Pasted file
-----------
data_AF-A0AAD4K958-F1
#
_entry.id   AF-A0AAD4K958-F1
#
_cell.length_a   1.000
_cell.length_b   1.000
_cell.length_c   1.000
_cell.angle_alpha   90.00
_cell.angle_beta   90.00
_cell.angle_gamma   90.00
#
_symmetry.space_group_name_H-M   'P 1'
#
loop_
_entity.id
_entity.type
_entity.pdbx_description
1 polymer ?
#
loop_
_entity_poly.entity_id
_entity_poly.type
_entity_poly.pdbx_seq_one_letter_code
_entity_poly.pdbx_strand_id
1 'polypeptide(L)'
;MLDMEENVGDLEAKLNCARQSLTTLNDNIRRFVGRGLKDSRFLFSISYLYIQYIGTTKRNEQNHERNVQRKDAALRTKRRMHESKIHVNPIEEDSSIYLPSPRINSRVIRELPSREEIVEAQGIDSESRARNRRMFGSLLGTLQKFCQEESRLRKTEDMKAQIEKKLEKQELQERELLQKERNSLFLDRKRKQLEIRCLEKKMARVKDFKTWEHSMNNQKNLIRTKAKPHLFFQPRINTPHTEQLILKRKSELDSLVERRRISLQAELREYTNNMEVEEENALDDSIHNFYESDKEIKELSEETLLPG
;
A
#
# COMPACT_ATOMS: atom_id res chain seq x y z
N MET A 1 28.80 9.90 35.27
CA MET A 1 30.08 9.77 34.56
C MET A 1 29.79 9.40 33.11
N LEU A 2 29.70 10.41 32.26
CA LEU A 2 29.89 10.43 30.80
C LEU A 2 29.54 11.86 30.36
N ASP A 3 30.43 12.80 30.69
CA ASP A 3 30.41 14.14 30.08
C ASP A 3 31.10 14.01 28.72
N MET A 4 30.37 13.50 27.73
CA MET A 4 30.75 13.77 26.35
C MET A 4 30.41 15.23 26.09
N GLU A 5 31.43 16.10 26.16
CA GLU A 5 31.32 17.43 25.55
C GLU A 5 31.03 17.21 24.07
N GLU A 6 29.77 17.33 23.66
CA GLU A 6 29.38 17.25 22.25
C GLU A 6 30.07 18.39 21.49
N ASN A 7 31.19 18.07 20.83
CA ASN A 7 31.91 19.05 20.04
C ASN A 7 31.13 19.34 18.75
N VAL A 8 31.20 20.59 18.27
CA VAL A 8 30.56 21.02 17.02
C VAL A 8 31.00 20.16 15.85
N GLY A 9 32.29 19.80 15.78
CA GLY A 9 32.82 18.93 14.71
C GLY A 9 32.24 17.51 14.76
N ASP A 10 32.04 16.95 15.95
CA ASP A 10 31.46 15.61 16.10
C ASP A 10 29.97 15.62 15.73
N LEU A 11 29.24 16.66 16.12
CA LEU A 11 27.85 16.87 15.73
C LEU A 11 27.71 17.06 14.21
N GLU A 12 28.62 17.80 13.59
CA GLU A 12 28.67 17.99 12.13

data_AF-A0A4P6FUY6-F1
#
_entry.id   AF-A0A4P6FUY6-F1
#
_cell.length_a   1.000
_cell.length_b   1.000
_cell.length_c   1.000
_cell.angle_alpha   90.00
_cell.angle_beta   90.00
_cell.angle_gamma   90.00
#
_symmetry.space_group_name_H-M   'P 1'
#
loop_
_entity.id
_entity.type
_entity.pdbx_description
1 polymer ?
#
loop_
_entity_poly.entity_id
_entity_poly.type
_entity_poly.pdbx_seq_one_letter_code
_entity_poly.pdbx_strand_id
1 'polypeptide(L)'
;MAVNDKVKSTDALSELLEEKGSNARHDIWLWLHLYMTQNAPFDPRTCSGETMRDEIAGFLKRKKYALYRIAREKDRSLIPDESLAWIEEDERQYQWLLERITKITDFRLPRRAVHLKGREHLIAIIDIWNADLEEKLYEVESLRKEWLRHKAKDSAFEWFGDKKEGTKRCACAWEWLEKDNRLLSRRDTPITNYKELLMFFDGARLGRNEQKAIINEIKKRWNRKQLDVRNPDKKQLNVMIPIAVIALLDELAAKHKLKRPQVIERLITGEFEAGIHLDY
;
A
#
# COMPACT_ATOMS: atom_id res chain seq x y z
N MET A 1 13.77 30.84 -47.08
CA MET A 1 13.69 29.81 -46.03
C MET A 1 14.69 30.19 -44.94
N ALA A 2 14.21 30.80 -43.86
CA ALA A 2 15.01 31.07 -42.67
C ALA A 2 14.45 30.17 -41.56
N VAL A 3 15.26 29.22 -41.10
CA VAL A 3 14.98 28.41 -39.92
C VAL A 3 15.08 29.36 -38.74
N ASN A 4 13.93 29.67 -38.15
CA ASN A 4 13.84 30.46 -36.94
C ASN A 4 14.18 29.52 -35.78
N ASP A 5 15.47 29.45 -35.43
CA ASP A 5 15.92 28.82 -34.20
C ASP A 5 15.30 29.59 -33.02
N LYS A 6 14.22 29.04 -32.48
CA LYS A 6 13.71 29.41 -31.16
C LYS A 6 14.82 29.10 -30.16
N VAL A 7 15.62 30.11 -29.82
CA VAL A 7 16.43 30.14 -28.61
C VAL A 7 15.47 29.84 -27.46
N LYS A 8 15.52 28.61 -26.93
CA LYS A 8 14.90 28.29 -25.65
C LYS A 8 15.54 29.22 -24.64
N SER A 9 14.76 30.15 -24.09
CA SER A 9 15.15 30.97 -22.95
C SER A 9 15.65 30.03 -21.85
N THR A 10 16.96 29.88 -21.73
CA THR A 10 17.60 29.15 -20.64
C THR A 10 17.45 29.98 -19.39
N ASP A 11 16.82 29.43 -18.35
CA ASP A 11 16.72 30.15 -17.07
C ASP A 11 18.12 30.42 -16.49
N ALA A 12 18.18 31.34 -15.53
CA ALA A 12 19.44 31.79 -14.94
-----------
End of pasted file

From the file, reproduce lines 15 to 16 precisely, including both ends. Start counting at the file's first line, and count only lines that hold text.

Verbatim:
_entity.id
_entity.type